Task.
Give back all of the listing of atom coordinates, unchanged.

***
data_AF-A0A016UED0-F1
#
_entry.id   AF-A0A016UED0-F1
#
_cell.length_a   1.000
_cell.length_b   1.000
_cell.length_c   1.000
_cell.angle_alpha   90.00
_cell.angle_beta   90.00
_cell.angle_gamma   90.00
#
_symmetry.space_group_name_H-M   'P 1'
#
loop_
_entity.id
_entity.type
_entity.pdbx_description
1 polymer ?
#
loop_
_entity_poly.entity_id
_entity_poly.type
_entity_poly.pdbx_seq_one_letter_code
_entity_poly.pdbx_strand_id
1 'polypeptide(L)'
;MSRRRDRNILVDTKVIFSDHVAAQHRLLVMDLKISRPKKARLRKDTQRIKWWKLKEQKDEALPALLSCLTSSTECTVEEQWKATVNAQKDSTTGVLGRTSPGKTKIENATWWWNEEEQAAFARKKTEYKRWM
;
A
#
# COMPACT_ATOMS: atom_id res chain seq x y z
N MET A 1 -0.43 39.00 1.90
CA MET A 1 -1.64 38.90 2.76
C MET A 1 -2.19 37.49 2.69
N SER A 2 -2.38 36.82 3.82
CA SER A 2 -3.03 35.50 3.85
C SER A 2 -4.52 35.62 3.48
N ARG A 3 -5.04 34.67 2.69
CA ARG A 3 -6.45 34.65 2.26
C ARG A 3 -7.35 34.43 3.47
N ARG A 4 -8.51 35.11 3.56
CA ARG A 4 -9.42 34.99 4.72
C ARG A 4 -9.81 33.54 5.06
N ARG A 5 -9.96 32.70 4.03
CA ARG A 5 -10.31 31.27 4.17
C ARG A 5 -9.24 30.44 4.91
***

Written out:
data_AF-A0A016UED0-F1
#
_entry.id   AF-A0A016UED0-F1
#
_cell.length_a   1.000
_cell.length_b   1.000
_cell.length_c   1.000
_cell.angle_alpha   90.00
_cell.angle_beta   90.00
_cell.angle_gamma   90.00
#
_symmetry.space_group_name_H-M   'P 1'
#
loop_
_entity.id
_entity.type
_entity.pdbx_description
1 polymer ?
#
loop_
_entity_poly.entity_id
_entity_poly.type
_entity_poly.pdbx_seq_one_letter_code
_entity_poly.pdbx_strand_id
1 'polypeptide(L)'
;MSRRRDRNILVDTKVIFSDHVAAQHRLLVMDLKISRPKKARLRKDTQRIKWWKLKEQKDEALPALLSCLTSSTECTVEEQWKATVNAQKDSTTGVLGRTSPGKTKIENATWWWNEEEQAAFARKKTEYKRWM
;
A
#
# COMPACT_ATOMS: atom_id res chain seq x y z
N MET A 1 -0.43 39.00 1.90
CA MET A 1 -1.64 38.90 2.76
C MET A 1 -2.19 37.49 2.69
N SER A 2 -2.38 36.82 3.82
CA SER A 2 -3.03 35.50 3.85
C SER A 2 -4.52 35.62 3.48
N ARG A 3 -5.04 34.67 2.69
CA ARG A 3 -6.45 34.65 2.26
C ARG A 3 -7.35 34.43 3.47
N ARG A 4 -8.51 35.11 3.56
CA ARG A 4 -9.42 34.99 4.72
C ARG A 4 -9.81 33.54 5.06
N ARG A 5 -9.96 32.70 4.03
CA ARG A 5 -10.31 31.27 4.17
C ARG A 5 -9.24 30.44 4.91